Political Film Society - Newsletter #258 - September 15, 2006
 



August 15, 2006


 

IS IDIOCRACY ABOUT THE PRESENT OR IN THE FUTURE?
IdiocracyIdiocracy, directed by Mike Judge, is a satirical treatment of the premise that earthlings in five hundred years will be more stupid in a self-regulating, dumbed-down society that has abandoned fundamental human rights. When the film begins, Joe Bowers (played by Luke Wilson) is recalled from his job in a military archive to participate in a hibernation experiment; he is placed in an air-tight coffin and frozen. He is chosen because he is normal, mentally and physically. The experiment is supposed to last one year, but the base is closed, taken over by a commercial establishment named Fuddruckers (which later morphs into Buttfuckers), and Joe is forgotten. Meanwhile, evolution’s process of natural selections goes awry: High IQ couples refuse to procreate, and low IQ couples multiply so much that mean IQ levels around the world steadily drop, and morons are numerically the only humans left. In 2505, Joe wakes up to discover a world of idiots who perceive his speech, ordinary for 2005, as that of a faggot. Joe cannot adjust to the world of 2505, so he runs afoul of the law, but his relatively high IQ (100) is discovered while he is processed in the penal system, so he is soon pardoned, appointed to office, and ultimately becomes president. Corporate dominance is also part of everyday life; politicians, for example, mention that they owe their existence to Carls, Jr., (a popular chain restaurant in Los Angeles). Although the plot will resonate with many of those in American society over the age of fifty, who have observed a decline in the quality of education, the premise that IQs are inheritable is false. In biology, the well-known phenomenon of “regression of the mean” ensures that high IQ parents will have some children with lesser IQ, and low IQ parents will give birth to some with higher IQs. Idiocracy will attract audiences who might seem to have low IQs already, and indeed the antics of denizens of 2505 seems to be alive and well in 2006. MH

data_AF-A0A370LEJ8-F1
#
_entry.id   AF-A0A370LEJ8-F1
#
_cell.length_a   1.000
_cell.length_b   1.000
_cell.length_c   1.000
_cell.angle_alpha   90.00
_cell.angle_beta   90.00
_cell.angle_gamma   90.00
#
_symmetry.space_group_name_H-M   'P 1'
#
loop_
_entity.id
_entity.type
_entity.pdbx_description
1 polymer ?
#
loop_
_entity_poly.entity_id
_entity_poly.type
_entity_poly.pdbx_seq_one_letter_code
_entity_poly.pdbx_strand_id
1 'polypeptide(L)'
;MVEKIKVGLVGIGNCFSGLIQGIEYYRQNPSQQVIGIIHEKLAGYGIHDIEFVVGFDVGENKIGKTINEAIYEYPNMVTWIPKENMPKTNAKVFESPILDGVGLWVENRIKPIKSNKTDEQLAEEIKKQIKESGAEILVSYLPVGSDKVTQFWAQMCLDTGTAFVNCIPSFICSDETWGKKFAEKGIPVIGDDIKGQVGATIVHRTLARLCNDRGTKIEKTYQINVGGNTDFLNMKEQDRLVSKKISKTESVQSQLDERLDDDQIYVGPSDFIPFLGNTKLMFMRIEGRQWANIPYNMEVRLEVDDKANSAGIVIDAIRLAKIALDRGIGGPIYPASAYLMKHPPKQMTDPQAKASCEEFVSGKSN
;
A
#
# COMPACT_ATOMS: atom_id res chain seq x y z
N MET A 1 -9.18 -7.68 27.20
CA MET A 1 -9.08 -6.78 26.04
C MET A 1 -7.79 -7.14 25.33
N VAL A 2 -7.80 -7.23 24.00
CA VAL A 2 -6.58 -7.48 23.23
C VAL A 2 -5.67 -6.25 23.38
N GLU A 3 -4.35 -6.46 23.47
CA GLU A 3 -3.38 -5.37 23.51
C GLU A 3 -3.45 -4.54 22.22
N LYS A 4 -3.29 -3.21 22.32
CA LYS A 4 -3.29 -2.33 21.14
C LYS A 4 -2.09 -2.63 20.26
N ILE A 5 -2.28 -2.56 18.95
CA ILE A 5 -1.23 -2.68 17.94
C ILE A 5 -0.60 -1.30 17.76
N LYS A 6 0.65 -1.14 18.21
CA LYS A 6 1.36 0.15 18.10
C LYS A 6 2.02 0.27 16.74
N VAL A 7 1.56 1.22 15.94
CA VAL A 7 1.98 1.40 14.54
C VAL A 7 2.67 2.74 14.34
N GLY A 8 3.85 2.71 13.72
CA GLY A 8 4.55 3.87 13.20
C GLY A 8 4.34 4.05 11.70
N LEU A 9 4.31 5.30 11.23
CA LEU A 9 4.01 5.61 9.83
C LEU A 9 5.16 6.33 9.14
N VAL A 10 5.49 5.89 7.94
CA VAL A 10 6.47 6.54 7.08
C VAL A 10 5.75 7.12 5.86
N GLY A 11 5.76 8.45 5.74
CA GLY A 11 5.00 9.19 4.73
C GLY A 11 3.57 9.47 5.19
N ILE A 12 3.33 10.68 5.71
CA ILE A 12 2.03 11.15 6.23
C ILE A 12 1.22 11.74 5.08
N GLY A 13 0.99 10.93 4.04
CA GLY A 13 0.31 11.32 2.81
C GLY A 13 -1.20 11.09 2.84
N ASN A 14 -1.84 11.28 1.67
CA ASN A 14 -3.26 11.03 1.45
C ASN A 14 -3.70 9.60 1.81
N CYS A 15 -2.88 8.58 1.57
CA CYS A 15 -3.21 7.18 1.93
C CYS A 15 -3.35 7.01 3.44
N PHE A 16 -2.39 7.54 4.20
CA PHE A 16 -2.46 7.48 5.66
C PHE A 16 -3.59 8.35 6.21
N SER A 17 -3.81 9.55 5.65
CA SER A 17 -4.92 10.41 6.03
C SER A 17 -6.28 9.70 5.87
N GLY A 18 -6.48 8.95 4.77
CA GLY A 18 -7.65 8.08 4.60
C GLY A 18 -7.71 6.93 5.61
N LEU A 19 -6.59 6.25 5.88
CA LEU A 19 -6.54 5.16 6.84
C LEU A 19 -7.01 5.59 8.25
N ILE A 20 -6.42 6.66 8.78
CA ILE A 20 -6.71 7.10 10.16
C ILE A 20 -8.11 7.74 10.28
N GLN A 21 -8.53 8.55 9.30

HAVEN DEPICTS THE GRAND CAYMANS AS HAVING “TROUBLE IN PARADISE”
HavenHaven, written and directed by Frank E. Flowers, takes place primarily in the Grand Cayman Islands; he grew up there and clearly has a negative opinion on what the islands have become in recent years. Midway through the film a character explains that in the late eighteenth century there was a storm in the Caribbean, several British ships were shipwrecked on the islands, and the natives saved those on board, one of whom was the son of George III. To reward the islanders, the king decreed that thenceforward the islands would never have to pay taxes. In the 1970s the islanders realized that they could make a lot of money by allowing cash to be laundered in local banks, so more than two hundred banks emerged, accepting deposits from those involved in the drug trade and elsewhere. The film then features descendants of slaves¸ some of whom got rich, as well as middle-class whites who manage the banks. The history, however, makes more sense than the story, which revolves around subplots. Carl Ridley (played by Bill Paxton) leaves Miami in a hurry for the Caymans with his daughter Pippa (played by Agnes Bruckner), carrying large amounts of cash to escape their confiscation by the U.S. Department of the Treasury, but he is ultimately arrested along with his Caymans confederate (played by Stephen Dillane). Shortly after her arrival, Pippa meets Fritz (played by Victor Rasuk), a small-time hoodlum, who likes to sleep in vacant bedrooms, boats, and drive stolen cars; soon, to curry favor with big-time hoods, he informs them that Carl Ridley has a lot of cash, and he hands them the keys to the Ridley condo. Meanwhile, Andrea (played by Zoë Saldana), one of the daughters of the wealthy Blacks, is romantically involved with a poor white man, Shy (played by Orlando Bloom), who is so nicknamed because he witnessed a murder when he was young and refused to talk to anyone for several years thereafter. At one point, Shy is roughed up by Andrea’s brother, Hammer (played by Anthony Mackie), because her father (played by Robert Wisdom) does not want her associating with white trash. The film ends, leaving many loose ends but depicting the Caymans in the familiar “trouble in paradise” genre. MH